The argument here is not a case for extreme nationalism. It is an argument that nations are real, and that nationhood should be allowed legitimate expression. Wikipedia’s language-first principle of organization serves well the many cases in which language and nation are congruent. Where several nations share a common language, however, it in practice too often privileges the dominant country and reduces the others to subaltern status.
This is at root an argument a priori. One can easily find examples of potentially contested issues where Canadians, for example, would find the English Wikipedia article quite adequate. One is probably the Fenian Raids of 1866-1871. (The only reference provided is a book recently published in Canada, and the article may be largely derived from it.)
But that doesn’t negate the point of this post that there should be room for country-based versions of Wikipedia. At present, articles on Canadian topics are submerged in the huge mass of Wikipedia, and so obscured despite the search function and hyperlinks. And, especially in articles which span the borders, Canadians and others have American spellings and stylistic conventions imposed on them.
NPOV is one of the trinity of core content policies of Wikipedia, and the contributor is offered scores of pages (when copied into a Word file) on what it means, including FAQs, and the advice of Wikipedia Project: Countering Systemic Bias. As defined, NPOV specifically recognizes nationalistic biases.
But a nationalistic bias should not be conflated with a national perspective. There are several reasons why it is not only not possible, but not desirable, to eliminate national perspectives in dealing with historical topics. In brief:
First, history writing is a field of contested ideas and interpretations. Once one moves beyond basic facts and deals with causal factors, significance, implications, relationships between events, or among historical actors, or between actors and events, one commonly finds a lack of unanimity among historians even within one country or language, much less across those boundaries.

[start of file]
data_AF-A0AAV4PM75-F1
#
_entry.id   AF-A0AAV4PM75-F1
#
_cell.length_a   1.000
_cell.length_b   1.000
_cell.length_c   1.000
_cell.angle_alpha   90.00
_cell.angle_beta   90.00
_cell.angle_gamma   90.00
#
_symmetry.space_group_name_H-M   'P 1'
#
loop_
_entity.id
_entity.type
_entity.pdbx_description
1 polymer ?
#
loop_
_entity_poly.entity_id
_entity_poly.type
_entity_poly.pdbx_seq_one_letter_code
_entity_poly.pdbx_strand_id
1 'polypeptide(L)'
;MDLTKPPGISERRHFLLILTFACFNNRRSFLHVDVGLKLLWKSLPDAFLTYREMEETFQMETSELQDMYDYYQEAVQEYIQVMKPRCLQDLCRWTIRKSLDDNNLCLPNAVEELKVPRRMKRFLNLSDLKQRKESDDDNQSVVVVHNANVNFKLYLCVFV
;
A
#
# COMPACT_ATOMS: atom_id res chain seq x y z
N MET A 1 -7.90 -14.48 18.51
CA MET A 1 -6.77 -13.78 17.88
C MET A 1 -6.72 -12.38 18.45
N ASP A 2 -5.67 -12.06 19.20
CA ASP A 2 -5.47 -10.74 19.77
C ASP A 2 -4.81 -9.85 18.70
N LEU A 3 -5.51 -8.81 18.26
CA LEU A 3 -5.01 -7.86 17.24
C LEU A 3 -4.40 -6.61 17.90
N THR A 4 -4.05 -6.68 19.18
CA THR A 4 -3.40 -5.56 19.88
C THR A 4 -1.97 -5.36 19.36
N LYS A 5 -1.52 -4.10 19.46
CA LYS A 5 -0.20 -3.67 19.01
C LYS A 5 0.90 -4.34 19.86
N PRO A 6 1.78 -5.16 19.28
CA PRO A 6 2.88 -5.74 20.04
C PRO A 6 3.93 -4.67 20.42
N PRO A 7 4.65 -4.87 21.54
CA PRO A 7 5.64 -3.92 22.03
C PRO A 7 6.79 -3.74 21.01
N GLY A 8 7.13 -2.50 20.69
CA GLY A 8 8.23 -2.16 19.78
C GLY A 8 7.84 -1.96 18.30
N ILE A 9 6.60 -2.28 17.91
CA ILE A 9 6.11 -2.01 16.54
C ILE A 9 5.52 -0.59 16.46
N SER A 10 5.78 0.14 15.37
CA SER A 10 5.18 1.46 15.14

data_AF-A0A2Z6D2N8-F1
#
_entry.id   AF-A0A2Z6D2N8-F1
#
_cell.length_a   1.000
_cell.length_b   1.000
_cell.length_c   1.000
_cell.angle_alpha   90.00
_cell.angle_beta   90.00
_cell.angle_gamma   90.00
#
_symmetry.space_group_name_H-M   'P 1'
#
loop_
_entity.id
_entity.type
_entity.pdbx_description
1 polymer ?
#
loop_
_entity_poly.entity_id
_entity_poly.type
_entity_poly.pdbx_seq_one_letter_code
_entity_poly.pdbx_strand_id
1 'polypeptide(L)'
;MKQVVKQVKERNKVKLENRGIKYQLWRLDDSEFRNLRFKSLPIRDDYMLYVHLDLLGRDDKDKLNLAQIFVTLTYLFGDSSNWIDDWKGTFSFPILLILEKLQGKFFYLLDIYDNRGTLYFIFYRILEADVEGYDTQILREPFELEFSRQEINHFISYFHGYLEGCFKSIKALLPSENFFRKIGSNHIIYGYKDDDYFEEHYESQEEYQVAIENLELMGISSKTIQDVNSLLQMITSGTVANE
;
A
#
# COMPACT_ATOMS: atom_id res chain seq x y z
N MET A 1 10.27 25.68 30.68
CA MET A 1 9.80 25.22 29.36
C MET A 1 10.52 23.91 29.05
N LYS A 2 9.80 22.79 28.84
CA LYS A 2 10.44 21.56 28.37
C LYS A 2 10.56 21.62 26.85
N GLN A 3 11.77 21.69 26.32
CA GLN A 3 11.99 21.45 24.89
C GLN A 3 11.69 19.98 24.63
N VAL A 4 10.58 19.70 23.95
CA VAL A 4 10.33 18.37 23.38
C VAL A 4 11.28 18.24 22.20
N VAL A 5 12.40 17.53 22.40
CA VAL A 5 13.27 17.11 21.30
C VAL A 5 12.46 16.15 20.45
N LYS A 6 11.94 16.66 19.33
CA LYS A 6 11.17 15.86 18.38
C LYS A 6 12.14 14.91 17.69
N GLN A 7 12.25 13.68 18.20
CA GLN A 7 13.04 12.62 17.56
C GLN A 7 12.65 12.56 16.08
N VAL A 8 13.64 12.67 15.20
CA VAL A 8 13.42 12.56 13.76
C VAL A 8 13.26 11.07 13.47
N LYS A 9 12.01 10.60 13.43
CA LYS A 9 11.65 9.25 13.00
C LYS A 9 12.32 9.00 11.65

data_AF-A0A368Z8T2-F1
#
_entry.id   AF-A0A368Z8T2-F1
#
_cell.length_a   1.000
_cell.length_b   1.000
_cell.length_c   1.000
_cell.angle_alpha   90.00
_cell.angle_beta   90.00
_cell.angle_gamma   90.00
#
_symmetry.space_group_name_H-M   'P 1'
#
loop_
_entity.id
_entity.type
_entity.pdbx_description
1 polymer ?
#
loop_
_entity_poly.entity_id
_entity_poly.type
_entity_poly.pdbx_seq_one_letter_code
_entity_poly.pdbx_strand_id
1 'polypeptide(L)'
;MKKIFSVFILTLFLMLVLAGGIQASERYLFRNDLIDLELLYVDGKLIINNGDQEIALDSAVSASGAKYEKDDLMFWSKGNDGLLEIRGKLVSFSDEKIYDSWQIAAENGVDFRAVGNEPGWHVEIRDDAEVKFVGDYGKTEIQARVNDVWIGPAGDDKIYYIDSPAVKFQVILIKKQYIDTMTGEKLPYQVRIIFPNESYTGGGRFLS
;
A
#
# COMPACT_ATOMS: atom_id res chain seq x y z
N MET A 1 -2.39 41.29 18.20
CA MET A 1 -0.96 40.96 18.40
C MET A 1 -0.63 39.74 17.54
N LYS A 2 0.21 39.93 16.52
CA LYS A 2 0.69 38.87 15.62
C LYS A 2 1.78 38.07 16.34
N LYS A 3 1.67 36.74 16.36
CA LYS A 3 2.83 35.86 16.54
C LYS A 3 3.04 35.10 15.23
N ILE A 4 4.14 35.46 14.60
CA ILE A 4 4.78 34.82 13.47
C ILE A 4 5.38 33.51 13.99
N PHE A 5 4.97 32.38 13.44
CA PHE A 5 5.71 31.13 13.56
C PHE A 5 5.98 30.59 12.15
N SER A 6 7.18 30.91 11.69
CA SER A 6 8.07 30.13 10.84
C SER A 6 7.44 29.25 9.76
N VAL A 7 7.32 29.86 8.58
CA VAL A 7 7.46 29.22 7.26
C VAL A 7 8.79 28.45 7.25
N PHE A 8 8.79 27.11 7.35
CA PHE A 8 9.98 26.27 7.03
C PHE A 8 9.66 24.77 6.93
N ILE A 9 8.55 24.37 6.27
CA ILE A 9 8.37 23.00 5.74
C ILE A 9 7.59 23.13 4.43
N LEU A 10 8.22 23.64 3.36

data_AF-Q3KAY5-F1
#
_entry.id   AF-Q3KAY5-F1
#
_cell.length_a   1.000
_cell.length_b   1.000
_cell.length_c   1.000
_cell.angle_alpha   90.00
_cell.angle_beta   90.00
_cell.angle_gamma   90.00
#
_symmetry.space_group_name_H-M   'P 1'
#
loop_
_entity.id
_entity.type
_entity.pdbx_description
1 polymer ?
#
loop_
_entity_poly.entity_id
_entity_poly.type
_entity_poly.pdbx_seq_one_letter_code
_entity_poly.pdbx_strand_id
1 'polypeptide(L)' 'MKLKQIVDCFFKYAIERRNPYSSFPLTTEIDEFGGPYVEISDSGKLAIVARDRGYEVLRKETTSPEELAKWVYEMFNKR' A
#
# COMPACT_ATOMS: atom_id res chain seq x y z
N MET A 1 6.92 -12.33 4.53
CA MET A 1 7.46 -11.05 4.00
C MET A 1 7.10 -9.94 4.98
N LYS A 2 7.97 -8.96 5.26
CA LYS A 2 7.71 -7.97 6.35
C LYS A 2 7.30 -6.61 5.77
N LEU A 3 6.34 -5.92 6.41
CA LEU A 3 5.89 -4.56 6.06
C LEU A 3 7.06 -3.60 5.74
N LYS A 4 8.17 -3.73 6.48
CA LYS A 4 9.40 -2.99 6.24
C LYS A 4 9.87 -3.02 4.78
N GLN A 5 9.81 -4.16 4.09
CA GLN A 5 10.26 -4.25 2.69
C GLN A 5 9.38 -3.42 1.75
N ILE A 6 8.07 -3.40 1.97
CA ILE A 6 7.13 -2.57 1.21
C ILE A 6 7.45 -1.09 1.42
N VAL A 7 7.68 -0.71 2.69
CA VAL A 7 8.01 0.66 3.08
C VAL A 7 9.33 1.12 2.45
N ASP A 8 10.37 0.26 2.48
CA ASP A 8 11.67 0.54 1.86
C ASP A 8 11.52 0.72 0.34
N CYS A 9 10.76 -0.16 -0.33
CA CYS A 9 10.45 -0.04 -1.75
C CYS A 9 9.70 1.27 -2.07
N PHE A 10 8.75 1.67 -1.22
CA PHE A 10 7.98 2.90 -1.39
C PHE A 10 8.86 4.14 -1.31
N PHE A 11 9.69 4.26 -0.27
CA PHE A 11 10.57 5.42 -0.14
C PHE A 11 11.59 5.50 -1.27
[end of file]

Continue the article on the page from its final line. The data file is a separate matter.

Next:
Second, long before post-modernism, it was recognized that there could be different legitimate historical narratives and traditions. Seventy years ago for example, G.M. Young, commenting on Gibbon, noted that larger historical issues were presented “as the individual observer (i.e., historian) sees it.” [Victorian England, p.185] As is tiresomely recited today – but apparently not often enough for Wikipedians to have heard – there is no single master, privileged, historical account.
Third, given the above, and especially since Wikipedia bans original research (which at times at least temporarily does resolve some differences among historians), how realistic is it to expect a well-grounded consensus to emerge in its pages through a Humean ‘come let us reason together’ process?
Fourth, a constituting part of our identity is the values embedded in the matrix of cultures in which we each live and have our being – generational, religious, ethnic, professional, and even national. To demand and expect that history be void of culture and values is not to raise it to a purer and more objective level, but rather to eviscerate it. An understanding, at times partisan and tinged with pride, of the history of our communities is part of how our identity is shaped and reproduced.
Fifth, we should recognize that many readers would learn from reading different accounts of the same topic, which reflected, in part, different national perspectives. These perspectives often exist, and we learn nothing when they are made invisible in Wikipedia’s one master language account.